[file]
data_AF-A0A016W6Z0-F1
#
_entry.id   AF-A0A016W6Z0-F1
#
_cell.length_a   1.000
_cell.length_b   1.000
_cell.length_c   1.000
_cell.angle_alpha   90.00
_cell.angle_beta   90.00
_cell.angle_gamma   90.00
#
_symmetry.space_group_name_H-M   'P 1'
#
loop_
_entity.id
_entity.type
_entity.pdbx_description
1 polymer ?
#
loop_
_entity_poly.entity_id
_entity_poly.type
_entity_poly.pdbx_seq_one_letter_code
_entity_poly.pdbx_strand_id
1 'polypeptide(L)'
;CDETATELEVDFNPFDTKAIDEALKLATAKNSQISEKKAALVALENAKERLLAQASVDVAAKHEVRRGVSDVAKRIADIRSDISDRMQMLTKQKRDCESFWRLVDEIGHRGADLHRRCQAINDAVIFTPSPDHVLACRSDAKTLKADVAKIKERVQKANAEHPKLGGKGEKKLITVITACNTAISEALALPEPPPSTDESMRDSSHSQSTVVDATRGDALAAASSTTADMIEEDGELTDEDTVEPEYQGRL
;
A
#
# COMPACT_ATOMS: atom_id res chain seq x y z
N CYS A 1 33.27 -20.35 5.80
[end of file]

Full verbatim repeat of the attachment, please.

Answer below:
data_AF-A0A016W6Z0-F1
#
_entry.id   AF-A0A016W6Z0-F1
#
_cell.length_a   1.000
_cell.length_b   1.000
_cell.length_c   1.000
_cell.angle_alpha   90.00
_cell.angle_beta   90.00
_cell.angle_gamma   90.00
#
_symmetry.space_group_name_H-M   'P 1'
#
loop_
_entity.id
_entity.type
_entity.pdbx_description
1 polymer ?
#
loop_
_entity_poly.entity_id
_entity_poly.type
_entity_poly.pdbx_seq_one_letter_code
_entity_poly.pdbx_strand_id
1 'polypeptide(L)'
;CDETATELEVDFNPFDTKAIDEALKLATAKNSQISEKKAALVALENAKERLLAQASVDVAAKHEVRRGVSDVAKRIADIRSDISDRMQMLTKQKRDCESFWRLVDEIGHRGADLHRRCQAINDAVIFTPSPDHVLACRSDAKTLKADVAKIKERVQKANAEHPKLGGKGEKKLITVITACNTAISEALALPEPPPSTDESMRDSSHSQSTVVDATRGDALAAASSTTADMIEEDGELTDEDTVEPEYQGRL
;
A
#
# COMPACT_ATOMS: atom_id res chain seq x y z
N CYS A 1 33.27 -20.35 5.80